As mushers and their dog teams make the 1,000-mile journey to Nome, there are items they’re required to carry in their sleds from checkpoint to checkpoint, and ultimately to the burled arch.

The mandatory packing list includes snowshoes, an ax, a sleeping bag, a functional cooker and pot to boil water, fuel, a veterinarian notebook and plenty of extra dog booties.

Several mushers are also carrying something extra. Something special.

For musher Matthew Failor, reaching the finish line for the eighth time means a beloved Iditarod volunteer has made the trip, too.

Mark Greene during the 2016 Iditarod Trail Sled Dog Race. (Photo by David Poyzer)

Failor carried the ashes of Mark Greene in his sled. Greene, who volunteered on the Iditarod Trail for six years, passed away in 2018.

“Mark is a fellow Ohioan — I’m from Ohio — and he was an avid Iditarod supporter, a huge volunteer, and he was always in the village of Kaltag,” Failor explained. “And he did a lot of stuff to make that village checkpoint better, just organizing. He always had these little blinking lights to make sure tourists and villagers wouldn’t get too close to the dogs, he brought in cots for us to sleep on, a big tarp to divide the room so we could have a little more peace and quiet.”

The vial of ashes doesn’t weigh enough to matter to the dogs pulling the sled, but the symbolic gesture of a ride along the race Greene loved is one Failor is happy to accommodate. 

“Mark Greene is gonna be with me in my sled all the way to Nome,” Failor said before taking off from the official starting line in Willow, “and I’m very happy to do that because he is a big part of Iditarod.”

Greene was also known to carry a sock monkey around with him. Along the trail, Failor mushed with a sock monkey and a patch commemorating Greene attached to his sled. 

Musher Matthew Failor arrives in Nome with Iditarod volunteer Mark Greene's ashes. (Daniella Rivera / KTVA)

Thursday, Failor reached the burled arch with the patch and Greene's ashes, but no sock monkey. He gave it to local children at the checkpoint in Elim.

"Mark Greene lives on," Failor said.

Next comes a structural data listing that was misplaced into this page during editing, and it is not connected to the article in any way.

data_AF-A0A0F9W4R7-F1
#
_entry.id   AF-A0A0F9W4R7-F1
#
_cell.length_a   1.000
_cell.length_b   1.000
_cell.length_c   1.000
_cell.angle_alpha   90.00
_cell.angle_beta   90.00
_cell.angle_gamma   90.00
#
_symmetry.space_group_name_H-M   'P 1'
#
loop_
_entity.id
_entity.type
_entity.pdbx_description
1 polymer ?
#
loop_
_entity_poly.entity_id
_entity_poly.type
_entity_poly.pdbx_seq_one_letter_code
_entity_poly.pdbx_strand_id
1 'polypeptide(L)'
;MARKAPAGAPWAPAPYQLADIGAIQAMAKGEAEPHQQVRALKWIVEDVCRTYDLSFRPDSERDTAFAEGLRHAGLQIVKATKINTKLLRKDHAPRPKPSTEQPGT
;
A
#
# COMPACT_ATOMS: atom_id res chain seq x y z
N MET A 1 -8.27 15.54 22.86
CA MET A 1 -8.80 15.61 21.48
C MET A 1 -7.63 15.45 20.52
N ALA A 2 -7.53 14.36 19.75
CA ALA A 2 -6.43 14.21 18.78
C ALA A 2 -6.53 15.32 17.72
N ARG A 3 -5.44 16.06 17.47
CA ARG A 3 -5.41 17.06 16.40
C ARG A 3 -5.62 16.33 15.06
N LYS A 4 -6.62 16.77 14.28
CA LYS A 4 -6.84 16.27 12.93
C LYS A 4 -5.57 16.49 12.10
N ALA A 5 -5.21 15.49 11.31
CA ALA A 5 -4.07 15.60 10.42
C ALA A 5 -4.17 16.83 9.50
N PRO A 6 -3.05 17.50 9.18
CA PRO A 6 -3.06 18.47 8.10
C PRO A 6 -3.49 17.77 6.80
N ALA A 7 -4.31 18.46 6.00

Rookie mushers Alison Lifka and Victoria Hardwick are also carrying special items with them.

Lifka is carrying two pins from a friend, as well as a pin given to her by fellow alumnae from Sweet Briar college.

Rookie musher Alison Lifka is carrying a pin from her alma mater, Sweet Briar College. (Daniella Rivera / KTVA)

“I’m gonna carry it all the way to Nome and give it to the people that supported me,” Lifka said.

Hardwick is carrying a small blue cross given to her by her Iditarider.

“It was all real new,” she said about the idea of bringing something other than gear along for her first Iditarod race, adding, “It’s really cool.”   

Rookie musher Victoria Hardwick is carrying a cross from her Iditarider to Nome. (Daniella Rivera / KTVA)

For veteran musher Aaron Burmeister, his extra item is a personal one. A family photo is displayed behind a protective cover on his sled where he can see it on the trail.

“I have a picture of my family because it’s the hardest thing about being on the trail is missing my wife and kids,” he said. “It gets harder and harder every year as the kids get older.”  

Musher Aaron Burmeister carried a family photo with him on the trail to Nome. (Daniella Rivera / KTVA)

The practice of carrying trinkets, photos and even ashes to Nome is not new. Failor said this is the third time he’s carried ashes with him.  

“It’s important for people because it brings joy to their life,” he said.

Joar Leifseth Ulsom, who won the race in 2018, carried the ashes of Rudy Demoski — known as "The Happy Musher" — to Nome this year, according to a race official. 

As of Thursday evening, Ulsom arrived at the burled arch in second place, Burmeister came in 10th place and Failor arrived in 18th place. Lifka and Hardwick were still on the trail. 

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